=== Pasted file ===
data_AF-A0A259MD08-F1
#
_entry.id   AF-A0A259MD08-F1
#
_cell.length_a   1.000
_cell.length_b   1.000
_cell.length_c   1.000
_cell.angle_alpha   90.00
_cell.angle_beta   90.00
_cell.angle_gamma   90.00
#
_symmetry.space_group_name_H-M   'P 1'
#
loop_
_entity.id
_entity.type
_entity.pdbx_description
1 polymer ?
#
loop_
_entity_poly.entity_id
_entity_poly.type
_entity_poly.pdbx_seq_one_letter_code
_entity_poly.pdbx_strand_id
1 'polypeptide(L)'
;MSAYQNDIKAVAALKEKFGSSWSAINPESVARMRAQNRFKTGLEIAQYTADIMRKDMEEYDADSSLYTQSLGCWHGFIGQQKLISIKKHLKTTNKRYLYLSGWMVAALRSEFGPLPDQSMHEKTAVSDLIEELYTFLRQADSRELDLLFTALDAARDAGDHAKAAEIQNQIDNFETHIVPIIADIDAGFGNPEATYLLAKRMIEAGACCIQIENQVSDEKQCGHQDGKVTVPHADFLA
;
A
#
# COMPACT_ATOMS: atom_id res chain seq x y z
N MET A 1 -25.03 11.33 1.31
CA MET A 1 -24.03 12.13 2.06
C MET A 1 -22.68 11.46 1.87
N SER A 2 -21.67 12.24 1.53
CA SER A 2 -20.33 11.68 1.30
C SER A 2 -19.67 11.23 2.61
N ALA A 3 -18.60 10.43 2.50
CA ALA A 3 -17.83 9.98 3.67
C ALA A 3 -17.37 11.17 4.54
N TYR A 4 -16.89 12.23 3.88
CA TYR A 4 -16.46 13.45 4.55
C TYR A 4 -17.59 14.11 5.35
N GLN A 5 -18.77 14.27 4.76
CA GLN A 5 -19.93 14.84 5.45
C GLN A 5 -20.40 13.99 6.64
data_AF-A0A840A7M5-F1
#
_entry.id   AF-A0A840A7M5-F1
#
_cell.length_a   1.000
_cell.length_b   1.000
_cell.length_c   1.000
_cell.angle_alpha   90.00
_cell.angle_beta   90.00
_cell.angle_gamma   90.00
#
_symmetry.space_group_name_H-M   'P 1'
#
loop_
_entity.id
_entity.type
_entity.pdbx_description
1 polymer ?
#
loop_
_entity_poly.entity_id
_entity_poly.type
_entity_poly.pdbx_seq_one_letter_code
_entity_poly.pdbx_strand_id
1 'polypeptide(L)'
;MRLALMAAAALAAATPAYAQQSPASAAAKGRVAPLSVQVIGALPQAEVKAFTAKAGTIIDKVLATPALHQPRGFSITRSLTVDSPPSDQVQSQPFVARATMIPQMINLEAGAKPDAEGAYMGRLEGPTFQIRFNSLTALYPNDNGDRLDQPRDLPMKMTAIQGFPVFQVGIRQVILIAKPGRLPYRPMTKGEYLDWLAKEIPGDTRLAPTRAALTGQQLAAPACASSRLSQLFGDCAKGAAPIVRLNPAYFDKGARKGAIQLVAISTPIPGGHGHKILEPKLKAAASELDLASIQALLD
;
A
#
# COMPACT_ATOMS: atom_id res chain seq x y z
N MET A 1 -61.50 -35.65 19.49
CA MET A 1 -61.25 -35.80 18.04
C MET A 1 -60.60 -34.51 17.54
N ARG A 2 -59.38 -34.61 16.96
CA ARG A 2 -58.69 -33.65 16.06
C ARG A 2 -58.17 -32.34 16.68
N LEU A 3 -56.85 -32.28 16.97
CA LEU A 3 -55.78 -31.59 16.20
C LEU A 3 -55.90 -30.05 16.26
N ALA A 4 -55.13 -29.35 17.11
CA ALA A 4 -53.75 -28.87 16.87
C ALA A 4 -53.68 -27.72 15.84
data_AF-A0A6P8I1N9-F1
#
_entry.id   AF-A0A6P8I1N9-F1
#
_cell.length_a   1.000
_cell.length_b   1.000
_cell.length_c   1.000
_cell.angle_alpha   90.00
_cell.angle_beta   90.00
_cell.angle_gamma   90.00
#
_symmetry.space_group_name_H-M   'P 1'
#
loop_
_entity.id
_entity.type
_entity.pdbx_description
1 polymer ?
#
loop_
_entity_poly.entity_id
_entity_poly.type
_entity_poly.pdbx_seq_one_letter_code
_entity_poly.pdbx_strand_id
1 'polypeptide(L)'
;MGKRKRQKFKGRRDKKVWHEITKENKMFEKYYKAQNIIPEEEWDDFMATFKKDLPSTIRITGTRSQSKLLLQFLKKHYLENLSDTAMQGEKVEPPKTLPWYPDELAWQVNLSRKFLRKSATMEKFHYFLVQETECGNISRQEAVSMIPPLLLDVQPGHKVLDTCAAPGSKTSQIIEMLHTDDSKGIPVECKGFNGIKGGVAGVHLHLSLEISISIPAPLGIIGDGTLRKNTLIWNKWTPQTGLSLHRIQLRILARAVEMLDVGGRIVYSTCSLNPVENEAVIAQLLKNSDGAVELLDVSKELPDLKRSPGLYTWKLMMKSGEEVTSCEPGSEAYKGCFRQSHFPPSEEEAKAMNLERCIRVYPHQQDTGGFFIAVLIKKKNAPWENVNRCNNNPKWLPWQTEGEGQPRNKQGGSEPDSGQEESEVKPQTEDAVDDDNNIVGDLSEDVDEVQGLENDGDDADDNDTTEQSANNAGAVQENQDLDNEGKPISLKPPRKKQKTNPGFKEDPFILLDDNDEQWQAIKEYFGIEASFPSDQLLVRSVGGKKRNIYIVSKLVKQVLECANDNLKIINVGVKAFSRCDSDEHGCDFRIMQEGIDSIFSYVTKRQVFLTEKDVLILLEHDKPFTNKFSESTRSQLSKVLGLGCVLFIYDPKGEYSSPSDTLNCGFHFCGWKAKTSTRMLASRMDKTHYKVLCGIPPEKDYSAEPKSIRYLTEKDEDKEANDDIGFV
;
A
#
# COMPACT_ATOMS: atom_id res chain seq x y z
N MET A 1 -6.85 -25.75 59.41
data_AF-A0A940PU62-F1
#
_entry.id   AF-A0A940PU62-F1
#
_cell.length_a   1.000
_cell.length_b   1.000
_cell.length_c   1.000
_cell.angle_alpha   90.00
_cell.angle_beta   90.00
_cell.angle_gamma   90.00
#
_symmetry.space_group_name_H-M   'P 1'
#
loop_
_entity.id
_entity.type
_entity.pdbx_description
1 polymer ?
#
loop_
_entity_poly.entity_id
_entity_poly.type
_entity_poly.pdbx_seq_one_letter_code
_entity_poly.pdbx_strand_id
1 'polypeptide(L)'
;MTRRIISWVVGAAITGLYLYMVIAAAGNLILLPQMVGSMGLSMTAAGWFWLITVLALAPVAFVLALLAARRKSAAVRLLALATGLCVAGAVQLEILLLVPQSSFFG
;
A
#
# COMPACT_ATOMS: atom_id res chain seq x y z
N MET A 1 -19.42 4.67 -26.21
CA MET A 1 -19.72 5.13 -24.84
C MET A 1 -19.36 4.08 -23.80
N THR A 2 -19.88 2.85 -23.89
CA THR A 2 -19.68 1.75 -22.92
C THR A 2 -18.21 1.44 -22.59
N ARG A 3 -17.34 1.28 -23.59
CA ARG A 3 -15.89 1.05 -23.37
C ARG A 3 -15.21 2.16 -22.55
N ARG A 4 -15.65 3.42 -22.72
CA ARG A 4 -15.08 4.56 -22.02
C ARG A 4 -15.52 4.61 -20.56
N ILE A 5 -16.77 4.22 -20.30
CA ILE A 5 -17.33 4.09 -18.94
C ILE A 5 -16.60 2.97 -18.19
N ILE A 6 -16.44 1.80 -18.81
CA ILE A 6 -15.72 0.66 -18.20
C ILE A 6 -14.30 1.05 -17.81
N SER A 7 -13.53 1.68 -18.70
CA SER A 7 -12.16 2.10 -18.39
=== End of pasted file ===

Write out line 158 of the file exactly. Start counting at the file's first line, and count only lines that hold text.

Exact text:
N ARG A 4 -15.65 3.42 -22.72